There is no easy way around grief. It is a natural response to the loss of someone special or something we value.
The words death and grief often go together. But we need to think in terms of loss and grief - we can grieve when a marriage or relationship breaks up, when we lose our job, when we are diagnosed with a health issue, when we move house, when dementia changes a person we once knew...the list of losses is almost endless.
Grief is about more than tears and sadness. It affects us on four different levels - our feelings, thoughts, behaviours and physical wellness.
Grief is not well understood in our society and some people try to deny it, postpone it or dodge it. Basically, however, when someone close to you has died, there will be big and small adjustments which have to be made in your life – and these could bring uncertainty, frustration, fear, sadness and change as each new day comes along. You will change. Your routine will change. Your moods will change. All of this is called ‘grief’. It’s really about adapting to changes in your life, your thoughts, your hopes, your beliefs and your future.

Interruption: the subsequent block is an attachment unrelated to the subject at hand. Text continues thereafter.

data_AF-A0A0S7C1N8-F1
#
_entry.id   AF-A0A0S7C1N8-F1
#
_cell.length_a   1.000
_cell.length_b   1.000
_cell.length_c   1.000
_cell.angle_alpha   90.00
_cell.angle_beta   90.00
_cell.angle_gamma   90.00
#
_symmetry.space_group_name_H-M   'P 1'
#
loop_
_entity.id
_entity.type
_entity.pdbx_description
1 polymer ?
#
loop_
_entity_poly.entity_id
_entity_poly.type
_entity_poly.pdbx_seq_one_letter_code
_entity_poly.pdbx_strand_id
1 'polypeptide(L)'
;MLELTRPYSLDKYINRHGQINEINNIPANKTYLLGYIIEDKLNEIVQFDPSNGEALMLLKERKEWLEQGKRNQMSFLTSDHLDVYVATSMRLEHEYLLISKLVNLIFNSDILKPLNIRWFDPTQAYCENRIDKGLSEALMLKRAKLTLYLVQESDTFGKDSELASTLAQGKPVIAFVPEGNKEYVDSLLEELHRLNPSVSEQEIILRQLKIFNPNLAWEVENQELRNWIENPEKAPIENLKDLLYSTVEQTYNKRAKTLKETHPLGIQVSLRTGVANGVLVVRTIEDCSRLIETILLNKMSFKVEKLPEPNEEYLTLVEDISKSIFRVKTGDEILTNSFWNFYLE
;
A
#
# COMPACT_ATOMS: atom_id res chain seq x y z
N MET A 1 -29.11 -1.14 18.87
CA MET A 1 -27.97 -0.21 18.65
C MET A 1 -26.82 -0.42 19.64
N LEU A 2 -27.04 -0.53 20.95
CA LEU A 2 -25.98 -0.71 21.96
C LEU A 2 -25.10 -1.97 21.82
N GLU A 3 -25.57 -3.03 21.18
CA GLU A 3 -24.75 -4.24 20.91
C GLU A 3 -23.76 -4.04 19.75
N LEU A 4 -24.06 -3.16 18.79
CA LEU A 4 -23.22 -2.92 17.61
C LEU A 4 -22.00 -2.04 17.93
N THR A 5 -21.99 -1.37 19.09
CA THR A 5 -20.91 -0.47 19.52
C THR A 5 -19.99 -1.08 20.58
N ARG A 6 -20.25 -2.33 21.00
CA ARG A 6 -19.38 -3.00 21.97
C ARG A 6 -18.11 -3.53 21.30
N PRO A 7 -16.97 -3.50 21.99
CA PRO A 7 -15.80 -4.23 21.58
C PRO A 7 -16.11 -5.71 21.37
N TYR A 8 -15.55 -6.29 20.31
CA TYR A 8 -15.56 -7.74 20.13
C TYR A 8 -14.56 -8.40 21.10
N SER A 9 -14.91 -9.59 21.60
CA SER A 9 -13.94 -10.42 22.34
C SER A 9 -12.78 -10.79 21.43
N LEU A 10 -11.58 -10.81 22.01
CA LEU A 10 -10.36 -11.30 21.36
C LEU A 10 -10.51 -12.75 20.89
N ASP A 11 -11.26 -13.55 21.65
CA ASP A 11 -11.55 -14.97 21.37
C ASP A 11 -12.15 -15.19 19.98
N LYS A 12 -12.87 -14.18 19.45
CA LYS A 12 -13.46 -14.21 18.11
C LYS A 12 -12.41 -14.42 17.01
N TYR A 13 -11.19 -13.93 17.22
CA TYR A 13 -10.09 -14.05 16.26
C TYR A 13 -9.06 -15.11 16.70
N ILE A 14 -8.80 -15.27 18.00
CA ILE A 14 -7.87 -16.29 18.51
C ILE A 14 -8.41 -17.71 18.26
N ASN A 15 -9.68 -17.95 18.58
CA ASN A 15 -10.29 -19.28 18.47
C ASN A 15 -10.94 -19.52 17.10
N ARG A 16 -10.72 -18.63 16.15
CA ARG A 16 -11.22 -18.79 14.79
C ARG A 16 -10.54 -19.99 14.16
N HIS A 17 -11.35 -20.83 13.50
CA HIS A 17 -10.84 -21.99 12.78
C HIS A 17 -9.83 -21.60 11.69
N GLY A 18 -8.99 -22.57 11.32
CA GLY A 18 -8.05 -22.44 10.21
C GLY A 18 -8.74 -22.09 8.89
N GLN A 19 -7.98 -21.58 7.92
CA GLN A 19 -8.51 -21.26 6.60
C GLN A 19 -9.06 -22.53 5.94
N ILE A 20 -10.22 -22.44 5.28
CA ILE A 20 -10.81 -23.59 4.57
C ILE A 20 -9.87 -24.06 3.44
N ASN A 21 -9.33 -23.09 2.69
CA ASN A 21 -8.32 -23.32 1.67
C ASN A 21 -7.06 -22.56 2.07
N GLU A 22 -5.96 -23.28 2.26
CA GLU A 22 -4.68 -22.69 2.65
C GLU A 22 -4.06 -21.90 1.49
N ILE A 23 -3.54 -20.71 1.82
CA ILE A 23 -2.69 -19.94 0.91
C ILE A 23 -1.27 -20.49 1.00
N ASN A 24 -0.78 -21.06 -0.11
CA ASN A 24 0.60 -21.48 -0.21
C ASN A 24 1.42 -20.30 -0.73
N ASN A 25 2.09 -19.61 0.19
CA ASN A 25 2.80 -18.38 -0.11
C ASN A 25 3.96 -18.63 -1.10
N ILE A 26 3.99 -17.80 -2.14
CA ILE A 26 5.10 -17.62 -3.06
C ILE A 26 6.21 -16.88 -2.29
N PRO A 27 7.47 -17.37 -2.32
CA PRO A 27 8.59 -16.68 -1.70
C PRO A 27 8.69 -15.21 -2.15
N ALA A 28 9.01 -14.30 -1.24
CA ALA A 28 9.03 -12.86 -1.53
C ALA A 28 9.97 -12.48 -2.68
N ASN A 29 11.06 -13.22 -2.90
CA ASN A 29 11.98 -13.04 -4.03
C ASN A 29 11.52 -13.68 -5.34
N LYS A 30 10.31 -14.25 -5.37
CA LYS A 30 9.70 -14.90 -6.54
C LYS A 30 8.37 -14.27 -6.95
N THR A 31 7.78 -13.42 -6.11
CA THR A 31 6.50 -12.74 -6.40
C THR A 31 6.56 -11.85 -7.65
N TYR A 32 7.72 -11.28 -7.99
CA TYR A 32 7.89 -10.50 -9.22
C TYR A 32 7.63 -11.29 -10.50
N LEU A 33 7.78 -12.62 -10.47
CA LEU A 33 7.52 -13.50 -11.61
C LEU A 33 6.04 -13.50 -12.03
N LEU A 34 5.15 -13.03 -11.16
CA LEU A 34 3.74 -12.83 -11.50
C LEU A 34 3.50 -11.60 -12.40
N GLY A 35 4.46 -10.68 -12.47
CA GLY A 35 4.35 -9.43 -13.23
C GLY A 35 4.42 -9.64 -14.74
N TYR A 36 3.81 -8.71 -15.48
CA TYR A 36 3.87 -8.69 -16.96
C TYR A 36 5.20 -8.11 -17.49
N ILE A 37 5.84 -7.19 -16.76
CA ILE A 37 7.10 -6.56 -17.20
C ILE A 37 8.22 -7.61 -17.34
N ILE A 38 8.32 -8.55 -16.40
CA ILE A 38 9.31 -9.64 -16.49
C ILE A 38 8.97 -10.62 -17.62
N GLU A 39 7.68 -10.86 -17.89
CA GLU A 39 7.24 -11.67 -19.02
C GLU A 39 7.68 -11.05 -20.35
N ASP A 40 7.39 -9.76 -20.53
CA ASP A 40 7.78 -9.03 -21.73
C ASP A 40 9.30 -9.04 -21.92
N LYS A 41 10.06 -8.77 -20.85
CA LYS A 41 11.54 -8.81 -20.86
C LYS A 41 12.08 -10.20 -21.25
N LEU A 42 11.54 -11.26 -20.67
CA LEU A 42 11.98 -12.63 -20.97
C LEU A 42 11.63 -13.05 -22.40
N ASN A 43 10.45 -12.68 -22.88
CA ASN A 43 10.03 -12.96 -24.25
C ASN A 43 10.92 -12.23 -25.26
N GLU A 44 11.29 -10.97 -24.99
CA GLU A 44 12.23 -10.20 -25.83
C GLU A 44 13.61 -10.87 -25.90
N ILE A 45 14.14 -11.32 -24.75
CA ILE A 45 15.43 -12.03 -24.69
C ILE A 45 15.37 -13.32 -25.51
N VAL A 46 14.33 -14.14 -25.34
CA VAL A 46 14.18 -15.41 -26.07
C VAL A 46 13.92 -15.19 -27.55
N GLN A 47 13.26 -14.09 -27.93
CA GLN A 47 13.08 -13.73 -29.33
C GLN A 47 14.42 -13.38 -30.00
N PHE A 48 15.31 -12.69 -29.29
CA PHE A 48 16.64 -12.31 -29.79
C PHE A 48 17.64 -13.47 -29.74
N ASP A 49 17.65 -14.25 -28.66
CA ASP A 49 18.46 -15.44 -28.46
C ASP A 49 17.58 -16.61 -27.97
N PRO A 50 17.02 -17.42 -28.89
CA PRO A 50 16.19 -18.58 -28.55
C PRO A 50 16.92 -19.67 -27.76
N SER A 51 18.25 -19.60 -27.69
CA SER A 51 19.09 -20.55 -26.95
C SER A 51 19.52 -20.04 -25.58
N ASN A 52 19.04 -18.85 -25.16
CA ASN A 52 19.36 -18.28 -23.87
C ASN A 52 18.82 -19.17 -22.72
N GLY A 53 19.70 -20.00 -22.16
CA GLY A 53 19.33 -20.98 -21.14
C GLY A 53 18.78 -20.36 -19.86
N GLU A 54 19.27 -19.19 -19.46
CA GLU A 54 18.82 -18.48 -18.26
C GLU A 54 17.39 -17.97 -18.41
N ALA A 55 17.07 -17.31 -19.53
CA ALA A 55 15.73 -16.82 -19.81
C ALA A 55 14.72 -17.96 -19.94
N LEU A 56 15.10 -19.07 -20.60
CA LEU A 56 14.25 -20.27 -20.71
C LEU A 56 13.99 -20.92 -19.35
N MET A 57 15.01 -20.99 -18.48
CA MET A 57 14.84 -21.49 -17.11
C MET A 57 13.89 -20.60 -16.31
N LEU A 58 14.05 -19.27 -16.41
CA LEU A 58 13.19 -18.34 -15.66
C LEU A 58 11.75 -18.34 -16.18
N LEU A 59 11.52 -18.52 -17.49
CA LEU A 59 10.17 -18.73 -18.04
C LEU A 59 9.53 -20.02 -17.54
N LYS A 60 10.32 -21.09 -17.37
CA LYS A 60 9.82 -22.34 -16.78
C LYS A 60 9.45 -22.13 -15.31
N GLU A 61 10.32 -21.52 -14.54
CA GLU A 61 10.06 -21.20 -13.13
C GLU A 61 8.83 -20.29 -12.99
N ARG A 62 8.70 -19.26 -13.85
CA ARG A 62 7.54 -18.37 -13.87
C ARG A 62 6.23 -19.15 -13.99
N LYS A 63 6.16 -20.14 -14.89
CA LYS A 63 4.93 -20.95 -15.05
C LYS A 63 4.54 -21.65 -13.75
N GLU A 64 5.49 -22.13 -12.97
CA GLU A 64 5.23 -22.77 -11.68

Yes, whether we like it or not, loss in its many forms cannot be avoided. Whilst we all know that death is a natural part of living, when it happens to someone we know, we are often shocked and believe it’s unfair. We may ask ‘why?’ over and over. But grief is a teacher – through loss we can grow in courage and wisdom and learn to appreciate the pain and loneliness of others. It also presents an opportunity to develop our values, beliefs and relationships as we work out just who and what really matter in our lives. Yet, it’s a hard way to learn. We may not like it. It can be a frightening and lonely experience. But if we choose to love someone, we must also be willing to let that person go when their life comes to an end.